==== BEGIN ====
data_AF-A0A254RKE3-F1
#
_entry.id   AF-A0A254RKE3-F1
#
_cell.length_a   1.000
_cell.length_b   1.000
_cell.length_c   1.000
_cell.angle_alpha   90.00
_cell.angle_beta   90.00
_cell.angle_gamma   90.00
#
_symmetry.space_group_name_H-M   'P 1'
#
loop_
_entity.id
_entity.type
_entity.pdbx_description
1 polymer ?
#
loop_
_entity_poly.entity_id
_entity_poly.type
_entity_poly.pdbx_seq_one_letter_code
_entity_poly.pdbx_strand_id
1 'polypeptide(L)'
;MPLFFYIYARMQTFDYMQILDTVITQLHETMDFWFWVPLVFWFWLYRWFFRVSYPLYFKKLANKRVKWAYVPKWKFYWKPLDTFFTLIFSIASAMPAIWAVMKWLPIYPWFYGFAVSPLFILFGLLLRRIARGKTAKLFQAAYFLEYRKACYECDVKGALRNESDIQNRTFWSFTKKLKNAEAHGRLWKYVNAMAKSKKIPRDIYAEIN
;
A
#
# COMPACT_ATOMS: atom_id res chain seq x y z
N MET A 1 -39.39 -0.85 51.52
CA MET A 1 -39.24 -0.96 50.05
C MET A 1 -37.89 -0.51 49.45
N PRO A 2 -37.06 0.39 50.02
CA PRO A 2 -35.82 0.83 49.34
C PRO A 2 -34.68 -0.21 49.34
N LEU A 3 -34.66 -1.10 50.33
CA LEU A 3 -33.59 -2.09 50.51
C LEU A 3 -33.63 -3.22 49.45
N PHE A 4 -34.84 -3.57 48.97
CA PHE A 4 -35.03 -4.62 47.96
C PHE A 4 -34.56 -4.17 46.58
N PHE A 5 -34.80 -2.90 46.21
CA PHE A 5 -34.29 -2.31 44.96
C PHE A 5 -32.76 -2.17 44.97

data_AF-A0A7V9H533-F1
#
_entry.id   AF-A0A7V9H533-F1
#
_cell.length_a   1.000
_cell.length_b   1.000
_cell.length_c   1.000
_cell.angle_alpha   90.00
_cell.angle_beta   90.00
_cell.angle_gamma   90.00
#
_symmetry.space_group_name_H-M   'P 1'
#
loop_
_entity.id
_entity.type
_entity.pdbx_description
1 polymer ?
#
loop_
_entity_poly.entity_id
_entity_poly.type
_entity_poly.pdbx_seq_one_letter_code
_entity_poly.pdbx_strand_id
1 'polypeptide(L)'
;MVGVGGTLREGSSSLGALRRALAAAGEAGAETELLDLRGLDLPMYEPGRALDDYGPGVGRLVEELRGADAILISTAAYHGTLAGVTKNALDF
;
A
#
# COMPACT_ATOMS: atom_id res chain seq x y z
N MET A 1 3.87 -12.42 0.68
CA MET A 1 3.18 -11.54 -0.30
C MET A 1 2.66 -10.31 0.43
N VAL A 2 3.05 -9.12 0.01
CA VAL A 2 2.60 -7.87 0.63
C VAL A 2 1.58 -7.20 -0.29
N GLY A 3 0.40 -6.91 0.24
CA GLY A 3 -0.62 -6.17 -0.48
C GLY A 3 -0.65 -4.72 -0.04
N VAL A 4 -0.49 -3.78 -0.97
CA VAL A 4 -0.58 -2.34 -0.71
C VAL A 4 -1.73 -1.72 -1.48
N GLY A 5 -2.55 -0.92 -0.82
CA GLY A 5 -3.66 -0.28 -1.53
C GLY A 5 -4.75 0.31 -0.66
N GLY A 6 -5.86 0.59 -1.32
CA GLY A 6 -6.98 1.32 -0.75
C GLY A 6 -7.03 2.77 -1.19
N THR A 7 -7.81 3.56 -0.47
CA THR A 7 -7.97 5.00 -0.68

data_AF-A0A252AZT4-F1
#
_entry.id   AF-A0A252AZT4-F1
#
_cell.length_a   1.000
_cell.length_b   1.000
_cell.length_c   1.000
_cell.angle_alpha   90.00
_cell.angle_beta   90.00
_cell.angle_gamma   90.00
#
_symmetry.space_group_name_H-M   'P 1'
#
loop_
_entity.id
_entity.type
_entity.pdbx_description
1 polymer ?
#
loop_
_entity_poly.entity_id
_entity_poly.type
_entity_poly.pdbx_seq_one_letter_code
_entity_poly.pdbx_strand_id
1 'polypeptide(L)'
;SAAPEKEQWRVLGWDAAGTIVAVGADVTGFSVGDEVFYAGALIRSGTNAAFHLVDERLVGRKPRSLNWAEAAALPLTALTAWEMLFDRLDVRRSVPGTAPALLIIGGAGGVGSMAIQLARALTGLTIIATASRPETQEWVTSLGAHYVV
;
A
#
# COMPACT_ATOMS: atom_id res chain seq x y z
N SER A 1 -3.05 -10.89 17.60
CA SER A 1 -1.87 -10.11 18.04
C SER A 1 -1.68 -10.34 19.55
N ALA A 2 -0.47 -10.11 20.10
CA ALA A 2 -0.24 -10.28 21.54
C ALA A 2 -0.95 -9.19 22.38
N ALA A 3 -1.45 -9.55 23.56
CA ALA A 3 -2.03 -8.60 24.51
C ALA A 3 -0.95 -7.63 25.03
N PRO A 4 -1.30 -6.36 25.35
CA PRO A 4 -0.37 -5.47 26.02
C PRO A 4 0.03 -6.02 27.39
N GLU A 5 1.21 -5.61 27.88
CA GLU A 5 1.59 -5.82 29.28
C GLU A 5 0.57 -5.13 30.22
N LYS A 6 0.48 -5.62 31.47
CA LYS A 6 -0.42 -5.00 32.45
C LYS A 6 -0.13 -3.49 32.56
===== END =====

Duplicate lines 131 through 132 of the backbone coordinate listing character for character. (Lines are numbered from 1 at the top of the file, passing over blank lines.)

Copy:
C ALA A 2 -0.95 -9.19 22.38
N ALA A 3 -1.45 -9.55 23.56